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Can Car Crashes Cause Fibromyalgia?

Friday 7 August 2015


From the National Pain Report:


Car crash

Can Car Crashes Cause Fibromyalgia?

Posted on August 1, 2015

Can car crashes cause fibromyalgia?” That was a common question back in the day when fibromyalgia was less understood. The British Columbia Medical Journal tackled the topic with this article showing that indeed, fibromyalgia can be caused by car crashes.

But now, it seems that the tables have flipped upside down as we learned from a new study that fibromyalgia can cause car crashes. Neither are a laughing matter.

The new study, published in the Journal of Rheumatology, found that people with fibromyalgia had more than double the risk of being in a serious automobile landing them in an emergency room, compared to others.

Dr. Donald Redelmeier, the lead author of the study, told the Canadian Press, “Lots of studies have examined fibromyalgia as a consequence of a motor vehicle crash. But this is the first to our knowledge with the idea of testing whether it might be one of these underlying medical conditions that could contribute to a future motor vehicle crash.”

The study followed 137,631 Canadians with fibromyalgia. They accounted for 738 crashes during the first year after they were diagnosed. That is 2.44 times greater than the population norm.

The study concluded that “The increased risk included patients with diverse characteristics, approached the rate observed among other patients diagnosed with alcoholism, and was mitigated among those who received dedicated FM care or a physician warning for driving safety.”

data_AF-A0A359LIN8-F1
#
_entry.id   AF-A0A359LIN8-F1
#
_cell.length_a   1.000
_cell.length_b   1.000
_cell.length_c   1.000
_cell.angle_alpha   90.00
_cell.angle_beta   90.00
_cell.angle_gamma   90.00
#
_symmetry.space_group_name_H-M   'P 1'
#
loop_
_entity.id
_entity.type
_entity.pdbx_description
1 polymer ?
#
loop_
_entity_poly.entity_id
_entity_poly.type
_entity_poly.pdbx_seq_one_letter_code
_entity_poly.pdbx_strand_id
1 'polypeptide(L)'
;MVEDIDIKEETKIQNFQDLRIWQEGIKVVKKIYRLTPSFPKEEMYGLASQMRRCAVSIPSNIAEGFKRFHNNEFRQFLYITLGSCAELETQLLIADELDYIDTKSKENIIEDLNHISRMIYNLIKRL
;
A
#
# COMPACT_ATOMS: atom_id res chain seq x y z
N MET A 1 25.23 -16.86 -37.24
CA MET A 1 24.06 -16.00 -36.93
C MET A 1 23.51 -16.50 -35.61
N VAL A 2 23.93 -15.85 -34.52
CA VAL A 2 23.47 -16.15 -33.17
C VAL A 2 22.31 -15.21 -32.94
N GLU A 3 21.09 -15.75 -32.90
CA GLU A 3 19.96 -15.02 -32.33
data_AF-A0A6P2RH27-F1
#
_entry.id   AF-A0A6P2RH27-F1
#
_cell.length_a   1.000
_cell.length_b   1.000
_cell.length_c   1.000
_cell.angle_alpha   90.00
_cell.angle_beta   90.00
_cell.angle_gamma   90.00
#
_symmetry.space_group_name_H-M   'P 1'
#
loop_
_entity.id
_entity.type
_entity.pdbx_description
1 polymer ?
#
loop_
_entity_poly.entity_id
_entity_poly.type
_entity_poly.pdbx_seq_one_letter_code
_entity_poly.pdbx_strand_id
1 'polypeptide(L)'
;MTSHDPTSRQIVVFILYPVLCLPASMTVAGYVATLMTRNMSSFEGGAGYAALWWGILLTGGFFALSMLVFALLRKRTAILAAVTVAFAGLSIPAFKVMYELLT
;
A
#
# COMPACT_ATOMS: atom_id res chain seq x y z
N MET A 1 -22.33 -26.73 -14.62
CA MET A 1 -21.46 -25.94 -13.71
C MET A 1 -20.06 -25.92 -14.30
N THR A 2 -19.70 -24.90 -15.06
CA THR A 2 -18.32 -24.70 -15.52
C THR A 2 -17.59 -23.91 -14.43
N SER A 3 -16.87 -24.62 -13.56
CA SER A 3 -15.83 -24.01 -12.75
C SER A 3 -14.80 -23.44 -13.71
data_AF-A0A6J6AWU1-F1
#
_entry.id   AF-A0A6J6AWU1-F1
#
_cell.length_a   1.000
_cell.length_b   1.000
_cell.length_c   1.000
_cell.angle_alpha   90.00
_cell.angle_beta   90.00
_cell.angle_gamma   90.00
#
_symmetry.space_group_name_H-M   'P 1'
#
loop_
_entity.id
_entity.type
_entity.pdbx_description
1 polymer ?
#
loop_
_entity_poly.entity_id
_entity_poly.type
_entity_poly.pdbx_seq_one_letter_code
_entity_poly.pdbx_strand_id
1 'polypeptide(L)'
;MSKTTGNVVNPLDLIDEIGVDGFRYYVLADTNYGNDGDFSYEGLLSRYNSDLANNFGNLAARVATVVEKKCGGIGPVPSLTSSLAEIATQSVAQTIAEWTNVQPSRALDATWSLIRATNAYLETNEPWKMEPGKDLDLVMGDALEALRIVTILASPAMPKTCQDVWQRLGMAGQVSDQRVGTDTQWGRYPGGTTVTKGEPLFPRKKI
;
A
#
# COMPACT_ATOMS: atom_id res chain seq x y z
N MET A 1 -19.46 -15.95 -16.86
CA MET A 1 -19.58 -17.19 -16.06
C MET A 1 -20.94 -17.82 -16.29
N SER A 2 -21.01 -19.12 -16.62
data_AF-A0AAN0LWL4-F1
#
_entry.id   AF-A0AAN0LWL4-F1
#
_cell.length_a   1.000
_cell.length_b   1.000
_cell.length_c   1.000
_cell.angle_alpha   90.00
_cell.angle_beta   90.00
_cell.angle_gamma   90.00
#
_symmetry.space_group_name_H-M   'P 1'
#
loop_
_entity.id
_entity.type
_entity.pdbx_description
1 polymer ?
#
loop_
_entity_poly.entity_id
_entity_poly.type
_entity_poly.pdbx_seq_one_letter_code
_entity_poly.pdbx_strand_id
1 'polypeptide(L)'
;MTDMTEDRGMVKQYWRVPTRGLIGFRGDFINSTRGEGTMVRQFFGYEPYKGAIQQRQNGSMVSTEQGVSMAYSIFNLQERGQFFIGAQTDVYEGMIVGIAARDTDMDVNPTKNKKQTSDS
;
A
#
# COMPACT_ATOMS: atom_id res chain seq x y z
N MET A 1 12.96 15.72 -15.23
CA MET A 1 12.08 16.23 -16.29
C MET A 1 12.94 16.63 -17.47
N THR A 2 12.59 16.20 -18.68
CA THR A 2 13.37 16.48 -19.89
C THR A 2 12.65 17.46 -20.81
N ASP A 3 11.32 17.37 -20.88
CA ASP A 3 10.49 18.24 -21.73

Dr. John Pereira, a pain specialist at the University of Calgary who was not involved with the study, told the Canadian Press, “Some patients with this condition suffer from unrefreshing sleep and poor daytime concentration, which may explain the higher risk of traffic accidents.”

The Mayo Clinic describes fibromyalgia as, “Fibromyalgia is a disorder characterized by widespread musculoskeletal pain accompanied by fatigue, sleep, memory and mood issues. Researchers believe that fibromyalgia amplifies painful sensations by affecting the way your brain processes pain signals. Symptoms sometimes begin after a physical trauma, surgery, infection or significant psychological stress. In other cases, symptoms gradually accumulate over time with no single triggering event.”

Copyright 2015 National Pain Report


The above originally appeared here.


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